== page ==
17. annex =  
      18. annul =  
      19. nonnoble =  
      20. suddenness =  
      21. connive =  
      22. beginning =  
      23. cannot =  
      24. stubbornness =  
      25. sunniest =  
      26. twinned =  

      27. So far you have examined two different ways to spell [n]: _____ and _____. The sound [n] is spelled these two ways about ninety-nine times out of a hundred.

    Show Answer
    1. \begin{align*}
          &  bala \underline{n}ce  &&   \underline{n}uisa \underline{n}ce  &&  ca \underline{n}didate  &&  co \underline{n}clusio \underline{n} \\
          &  imme \underline{n}se  &&  colum \underline{n}ist  &&  immu \underline{n}ity  &&  dictio \underline{n}ary \\
          &  efficie \underline{n}t  &&  judgeme \underline{n}t  &&  solem \underline{n}ity  &&  coupo \underline{n} \\
          &  eco \underline{n}omics  &&  bu \underline{n}dle  &&   \underline{n}ourishme \underline{n}t  &&  isla \underline{n}d \\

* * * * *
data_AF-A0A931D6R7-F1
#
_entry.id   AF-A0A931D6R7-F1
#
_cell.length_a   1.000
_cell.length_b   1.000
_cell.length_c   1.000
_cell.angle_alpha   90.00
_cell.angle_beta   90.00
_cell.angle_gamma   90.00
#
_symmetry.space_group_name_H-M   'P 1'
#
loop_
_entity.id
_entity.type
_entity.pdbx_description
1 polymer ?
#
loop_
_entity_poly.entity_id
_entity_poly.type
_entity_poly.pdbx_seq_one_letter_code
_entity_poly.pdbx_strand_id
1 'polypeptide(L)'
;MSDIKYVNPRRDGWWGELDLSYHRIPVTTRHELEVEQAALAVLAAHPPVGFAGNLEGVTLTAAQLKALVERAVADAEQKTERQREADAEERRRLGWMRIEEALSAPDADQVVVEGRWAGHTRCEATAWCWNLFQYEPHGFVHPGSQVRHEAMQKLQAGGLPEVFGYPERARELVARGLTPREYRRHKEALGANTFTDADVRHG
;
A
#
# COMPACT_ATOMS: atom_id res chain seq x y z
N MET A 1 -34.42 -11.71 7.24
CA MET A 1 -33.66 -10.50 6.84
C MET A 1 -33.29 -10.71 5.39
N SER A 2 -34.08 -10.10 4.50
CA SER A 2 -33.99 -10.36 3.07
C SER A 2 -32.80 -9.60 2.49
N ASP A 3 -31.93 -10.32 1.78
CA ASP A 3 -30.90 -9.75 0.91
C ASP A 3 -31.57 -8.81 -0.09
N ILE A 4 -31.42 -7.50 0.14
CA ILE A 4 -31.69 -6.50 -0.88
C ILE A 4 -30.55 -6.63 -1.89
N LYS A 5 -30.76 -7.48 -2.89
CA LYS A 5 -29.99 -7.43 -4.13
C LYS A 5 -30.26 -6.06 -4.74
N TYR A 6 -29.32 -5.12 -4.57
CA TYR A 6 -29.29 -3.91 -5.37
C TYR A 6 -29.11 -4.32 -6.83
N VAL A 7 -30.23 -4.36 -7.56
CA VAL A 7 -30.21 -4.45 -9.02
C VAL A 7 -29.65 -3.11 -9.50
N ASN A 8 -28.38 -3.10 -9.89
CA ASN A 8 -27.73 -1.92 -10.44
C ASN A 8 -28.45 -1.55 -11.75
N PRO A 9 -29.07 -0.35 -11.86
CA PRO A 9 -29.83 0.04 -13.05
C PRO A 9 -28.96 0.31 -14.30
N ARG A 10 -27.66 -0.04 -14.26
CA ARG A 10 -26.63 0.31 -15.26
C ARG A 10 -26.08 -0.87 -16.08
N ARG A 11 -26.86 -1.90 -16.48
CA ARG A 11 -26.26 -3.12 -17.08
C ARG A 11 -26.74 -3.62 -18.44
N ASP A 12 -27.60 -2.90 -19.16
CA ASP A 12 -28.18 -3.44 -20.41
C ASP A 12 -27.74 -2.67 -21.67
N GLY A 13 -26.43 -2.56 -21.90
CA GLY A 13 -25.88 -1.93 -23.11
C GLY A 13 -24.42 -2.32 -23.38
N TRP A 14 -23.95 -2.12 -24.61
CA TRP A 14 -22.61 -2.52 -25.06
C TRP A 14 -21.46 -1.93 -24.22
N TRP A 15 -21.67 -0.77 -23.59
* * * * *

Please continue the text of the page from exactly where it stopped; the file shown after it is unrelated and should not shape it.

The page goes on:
&   \underline{n}onalcoholic  &&  e \underline{n}ormous  &&  diamo \underline{n}ds  &&  u \underline{n}derexposed 
      \end{align*}
    2. How is [n] spelled in all of these words? <n> . Usually [n] is spelled this way – about nine times out of ten, in fact!

      Words = Analysis Cause
      3. announce ad + n + nounce Assimilation
      4. connect com + n + nect Assimilation
      5. innocent in + nocent Simple addition
      6. tinny tin + n + y Twinning
      7. unnourishing un + nourishing Simple addition
      8. nonnuclear non + nuclear Simple addition
      9. skinny skin + n + y Twinning
      10. unnecessary un + necessary Simple addition
      11. nonnative non + native Simple addition
      12. innumerable in + numerable Simple addition
      13. beginner begin + n + er Twinning
      14. commonness common + ness Simple addition
      15. annihilate ad + n + nihilate Assimilation
      16. unnodding un + nodding Simple addition
      17. annex ad + n + nex Assimilation
      18. annul ad + n + nul Assimilation
      19. nonnoble non + noble Simple addition
      20. suddenness sudden + ness Simple addition
      21. connive com + n + nive Assimilation